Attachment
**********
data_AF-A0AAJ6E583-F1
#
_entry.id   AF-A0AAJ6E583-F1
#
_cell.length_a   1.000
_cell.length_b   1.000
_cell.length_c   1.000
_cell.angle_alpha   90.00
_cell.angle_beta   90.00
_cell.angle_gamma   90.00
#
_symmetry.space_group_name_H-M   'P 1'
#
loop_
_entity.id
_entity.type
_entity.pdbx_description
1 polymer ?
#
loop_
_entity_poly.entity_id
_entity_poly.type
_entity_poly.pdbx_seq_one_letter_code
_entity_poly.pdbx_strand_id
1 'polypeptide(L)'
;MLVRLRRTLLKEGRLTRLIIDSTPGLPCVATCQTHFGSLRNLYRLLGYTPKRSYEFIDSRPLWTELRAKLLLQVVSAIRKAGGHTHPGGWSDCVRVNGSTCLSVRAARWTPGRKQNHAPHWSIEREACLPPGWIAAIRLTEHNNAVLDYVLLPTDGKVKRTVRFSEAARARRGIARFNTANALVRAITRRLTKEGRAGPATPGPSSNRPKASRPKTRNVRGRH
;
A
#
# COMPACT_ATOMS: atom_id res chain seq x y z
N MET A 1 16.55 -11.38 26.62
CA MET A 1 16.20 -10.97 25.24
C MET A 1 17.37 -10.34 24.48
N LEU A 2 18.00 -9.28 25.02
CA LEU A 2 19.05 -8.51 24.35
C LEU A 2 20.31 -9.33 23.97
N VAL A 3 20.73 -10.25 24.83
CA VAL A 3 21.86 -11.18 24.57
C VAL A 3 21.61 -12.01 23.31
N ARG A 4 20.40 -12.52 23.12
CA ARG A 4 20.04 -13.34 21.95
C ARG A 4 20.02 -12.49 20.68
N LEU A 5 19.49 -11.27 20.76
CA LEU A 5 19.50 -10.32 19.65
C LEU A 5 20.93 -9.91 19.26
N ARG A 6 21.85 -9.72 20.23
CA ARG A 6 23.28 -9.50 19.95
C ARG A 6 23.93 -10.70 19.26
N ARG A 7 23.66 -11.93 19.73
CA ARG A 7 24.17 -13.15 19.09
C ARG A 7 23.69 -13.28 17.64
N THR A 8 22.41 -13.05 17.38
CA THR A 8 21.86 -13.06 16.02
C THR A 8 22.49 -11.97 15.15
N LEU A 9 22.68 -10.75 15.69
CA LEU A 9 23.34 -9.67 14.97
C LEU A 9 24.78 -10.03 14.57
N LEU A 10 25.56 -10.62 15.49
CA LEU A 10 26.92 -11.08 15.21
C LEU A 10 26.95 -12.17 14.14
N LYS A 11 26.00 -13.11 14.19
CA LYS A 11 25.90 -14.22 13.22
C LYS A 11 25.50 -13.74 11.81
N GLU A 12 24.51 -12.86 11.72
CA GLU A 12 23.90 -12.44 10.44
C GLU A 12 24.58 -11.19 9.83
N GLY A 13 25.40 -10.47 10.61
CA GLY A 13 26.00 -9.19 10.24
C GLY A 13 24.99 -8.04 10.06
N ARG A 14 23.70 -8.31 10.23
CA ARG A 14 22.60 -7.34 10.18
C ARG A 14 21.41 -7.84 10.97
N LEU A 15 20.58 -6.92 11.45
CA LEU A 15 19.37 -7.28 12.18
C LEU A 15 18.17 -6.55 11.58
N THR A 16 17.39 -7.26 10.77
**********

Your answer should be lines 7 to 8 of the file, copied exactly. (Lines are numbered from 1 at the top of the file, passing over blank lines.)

_cell.length_c   1.000
_cell.angle_alpha   90.00